Waste water discharges from water companies could cost UK £150bn: Lord Hollick slams chiefs and regulators for failing to prevent discharges into rivers

Lord Hollick, the chairman of Britain’s official water industry inquiry committee, this weekend slammed chiefs and regulators for failing to prevent millions of tonnes of dirty sewage being dumped into rivers – and said the problem could cost at least £150 billion to fix sterling.

The Labor MP, the former owner of Express Newspapers, spoke of his “dismay” at evidence given to the Lords Committee on Industry and Regulation about the dire state of water infrastructure after decades of underinvestment. According to the latest data, there were 375,000 leaks of untreated sewage into rivers in 2021 alone.

Hollick said the state of Britain’s sewerage and water systems was a “very serious problem” that would require “huge funding and investment” to address. He added that the lowest figure he had heard so far for the investment needed to tackle the sewage problem was £150bn.

The problem: 375,000 untreated sewage spills into rivers in 2021 alone, according to latest figures

Stopping the leaks could add £100 billion to the bill, he said. Other estimates of the required upgrades ranged as high as £600 billion.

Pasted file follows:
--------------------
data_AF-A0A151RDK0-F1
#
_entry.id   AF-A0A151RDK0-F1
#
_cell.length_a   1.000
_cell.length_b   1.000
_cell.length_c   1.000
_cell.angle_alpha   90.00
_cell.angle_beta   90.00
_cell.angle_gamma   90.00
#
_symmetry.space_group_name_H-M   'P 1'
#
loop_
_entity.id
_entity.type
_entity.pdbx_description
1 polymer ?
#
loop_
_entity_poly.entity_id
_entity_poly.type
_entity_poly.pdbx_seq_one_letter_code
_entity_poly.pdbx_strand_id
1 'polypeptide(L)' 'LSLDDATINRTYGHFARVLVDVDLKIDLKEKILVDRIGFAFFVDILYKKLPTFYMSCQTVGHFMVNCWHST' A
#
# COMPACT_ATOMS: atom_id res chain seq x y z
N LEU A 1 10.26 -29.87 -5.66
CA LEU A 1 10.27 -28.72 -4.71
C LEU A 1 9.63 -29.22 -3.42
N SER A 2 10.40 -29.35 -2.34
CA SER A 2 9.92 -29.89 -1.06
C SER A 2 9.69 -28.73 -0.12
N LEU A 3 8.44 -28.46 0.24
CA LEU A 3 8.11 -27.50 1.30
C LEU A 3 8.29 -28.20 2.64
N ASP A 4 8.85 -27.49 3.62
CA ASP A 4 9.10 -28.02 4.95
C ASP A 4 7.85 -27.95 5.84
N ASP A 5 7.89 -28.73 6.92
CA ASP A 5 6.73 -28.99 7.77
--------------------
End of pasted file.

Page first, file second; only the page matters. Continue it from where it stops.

Money is likely to come from water companies, along with significant sums from taxpayers and higher bills for customers.

Sir James Bevan, chief executive of the Environment Agency, told the committee he was unaware of the extent of the problem until water quality monitoring was stepped up over the past two years. Hollick said he was “surprised” by Bevan’s comments. The industry is overseen by the regulator Ofwat and the agency.

Hollick said: “It is surprising that neither the government nor the two regulatory bodies took action some time ago. This is an industry-wide failure that needs to be fixed now.”

He added that the public had helped reveal the extent of pollution and leaks, saying: “MPs have been hearing from constituents for a long time that they cannot swim in the river or the sea. We will be very interested to hear from Environment Minister Ranil Jayawardene as to why the government has not been more decisive and persistent in addressing this issue.”

The chief executive and chairman of Ofwat will appear before the committee this week, and Jayawardena in the coming weeks.